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Sabah's Lost World


Maliau Basinor also Maliau Basin Conservation Area, is a region in Sabah, Malaysia.This 58,840hectare pristine rainforest, also known as Sabah's Lost World is a huge bowl of the few remaining relatively untouched wilderness areas in the world. Bounded by a formidable escarpment reaching over 1,675m above sea level, the almost circular Basin, one of Malaysia's finest remaining wilderness areas, encompasses 390 km² of pristine forest, a virtually self-contained ecosystem, never permanently inhabited and with large areas still remaining to be explored and documented.

The whole Basin is a single huge water catchment, drained by a set of radiating tributaries, one of which descends to 28meters height,7-tier waterfalls, known as Maliau Falls. From here The Maliau River then drains through a gorge out of the southeast of the Basin into the Kuamut River and eventually to the Kinabatangan river, Sabah's largest and most important river. Recognizing the uniqueness of the area, in 1981 Yayasan Sabah voluntarily designated Maliau Basin as a Conservation Area, for the purposes of research, education and training, along with Danum Valley Conservation Area further to the east.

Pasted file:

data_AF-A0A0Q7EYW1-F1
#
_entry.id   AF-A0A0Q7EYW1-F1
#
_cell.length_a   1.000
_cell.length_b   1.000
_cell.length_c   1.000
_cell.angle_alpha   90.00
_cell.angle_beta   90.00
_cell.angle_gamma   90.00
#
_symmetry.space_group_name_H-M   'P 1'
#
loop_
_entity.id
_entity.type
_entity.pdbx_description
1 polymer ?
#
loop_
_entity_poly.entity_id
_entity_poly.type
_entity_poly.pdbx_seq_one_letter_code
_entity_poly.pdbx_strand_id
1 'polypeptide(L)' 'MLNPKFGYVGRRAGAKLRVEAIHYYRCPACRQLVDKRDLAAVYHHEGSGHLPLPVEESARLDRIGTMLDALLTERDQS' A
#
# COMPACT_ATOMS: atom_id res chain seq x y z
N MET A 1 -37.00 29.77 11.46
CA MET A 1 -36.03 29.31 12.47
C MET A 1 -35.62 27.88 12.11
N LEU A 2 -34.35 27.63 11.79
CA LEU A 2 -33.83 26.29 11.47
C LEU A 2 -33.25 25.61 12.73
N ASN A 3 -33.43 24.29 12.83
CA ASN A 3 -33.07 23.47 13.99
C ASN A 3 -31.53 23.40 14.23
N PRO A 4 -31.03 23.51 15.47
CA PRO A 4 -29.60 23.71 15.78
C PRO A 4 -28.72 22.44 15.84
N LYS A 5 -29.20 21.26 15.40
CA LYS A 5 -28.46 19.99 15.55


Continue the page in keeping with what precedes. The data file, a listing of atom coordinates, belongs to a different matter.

In 1997, Maliau Basin Conservation Area was upgraded by the Sabah state government to a Class 1 Protection Forest Reserve, providing legal status as a protected area, and extended to its present size of 588.4 km² by incorporating forested land to the east and north of the Basin. Buffer zones surrounding the whole Conservation Area also add to its protection. The Sabah State Government has approved the World Heritage Site (WHS) nomination of Maliau Basin together with Danum Valley and Imbak Canyon as a single heritage site which will be called DaMaI, an abbreviation of Danum Valley, Maliau Basin and Imbak Canyon.

Photo Credit: Jollence Lee, Delhousie Daniel

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